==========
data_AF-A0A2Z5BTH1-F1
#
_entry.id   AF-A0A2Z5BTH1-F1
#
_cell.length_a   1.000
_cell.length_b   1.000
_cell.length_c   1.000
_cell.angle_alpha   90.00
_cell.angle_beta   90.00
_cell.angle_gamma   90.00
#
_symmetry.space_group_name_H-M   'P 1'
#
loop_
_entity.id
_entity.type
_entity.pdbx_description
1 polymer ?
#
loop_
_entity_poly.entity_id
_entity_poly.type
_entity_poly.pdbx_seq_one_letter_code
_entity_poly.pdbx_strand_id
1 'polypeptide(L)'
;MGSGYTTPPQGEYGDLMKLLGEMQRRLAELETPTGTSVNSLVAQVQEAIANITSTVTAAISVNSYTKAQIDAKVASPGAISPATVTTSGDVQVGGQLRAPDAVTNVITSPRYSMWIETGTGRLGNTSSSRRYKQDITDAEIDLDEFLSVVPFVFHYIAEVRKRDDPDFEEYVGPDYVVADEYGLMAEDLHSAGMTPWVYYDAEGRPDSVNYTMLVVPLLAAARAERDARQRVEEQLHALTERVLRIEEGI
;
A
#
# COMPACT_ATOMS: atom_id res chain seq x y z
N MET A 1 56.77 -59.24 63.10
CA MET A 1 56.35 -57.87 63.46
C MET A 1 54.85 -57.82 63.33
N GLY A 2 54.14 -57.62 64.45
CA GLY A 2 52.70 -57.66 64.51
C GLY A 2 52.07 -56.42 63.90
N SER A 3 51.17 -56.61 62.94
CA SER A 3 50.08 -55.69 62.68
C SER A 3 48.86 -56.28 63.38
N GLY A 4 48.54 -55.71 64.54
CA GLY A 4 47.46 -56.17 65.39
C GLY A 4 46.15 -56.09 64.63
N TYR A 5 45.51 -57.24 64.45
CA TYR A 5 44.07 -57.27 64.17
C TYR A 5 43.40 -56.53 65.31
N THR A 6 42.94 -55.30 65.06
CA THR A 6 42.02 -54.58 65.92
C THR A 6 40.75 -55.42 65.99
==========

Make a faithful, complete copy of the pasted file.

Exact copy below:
data_AF-A0A2Z5BTH1-F1
#
_entry.id   AF-A0A2Z5BTH1-F1
#
_cell.length_a   1.000
_cell.length_b   1.000
_cell.length_c   1.000
_cell.angle_alpha   90.00
_cell.angle_beta   90.00
_cell.angle_gamma   90.00
#
_symmetry.space_group_name_H-M   'P 1'
#
loop_
_entity.id
_entity.type
_entity.pdbx_description
1 polymer ?
#
loop_
_entity_poly.entity_id
_entity_poly.type
_entity_poly.pdbx_seq_one_letter_code
_entity_poly.pdbx_strand_id
1 'polypeptide(L)'
;MGSGYTTPPQGEYGDLMKLLGEMQRRLAELETPTGTSVNSLVAQVQEAIANITSTVTAAISVNSYTKAQIDAKVASPGAISPATVTTSGDVQVGGQLRAPDAVTNVITSPRYSMWIETGTGRLGNTSSSRRYKQDITDAEIDLDEFLSVVPFVFHYIAEVRKRDDPDFEEYVGPDYVVADEYGLMAEDLHSAGMTPWVYYDAEGRPDSVNYTMLVVPLLAAARAERDARQRVEEQLHALTERVLRIEEGI
;
A
#
# COMPACT_ATOMS: atom_id res chain seq x y z
N MET A 1 56.77 -59.24 63.10
CA MET A 1 56.35 -57.87 63.46
C MET A 1 54.85 -57.82 63.33
N GLY A 2 54.14 -57.62 64.45
CA GLY A 2 52.70 -57.66 64.51
C GLY A 2 52.07 -56.42 63.90
N SER A 3 51.17 -56.61 62.94
CA SER A 3 50.08 -55.69 62.68
C SER A 3 48.86 -56.28 63.38
N GLY A 4 48.54 -55.71 64.54
CA GLY A 4 47.46 -56.17 65.39
C GLY A 4 46.15 -56.09 64.63
N TYR A 5 45.51 -57.24 64.45
CA TYR A 5 44.07 -57.27 64.17
C TYR A 5 43.40 -56.53 65.31
N THR A 6 42.94 -55.30 65.06
CA THR A 6 42.02 -54.58 65.92
C THR A 6 40.75 -55.42 65.99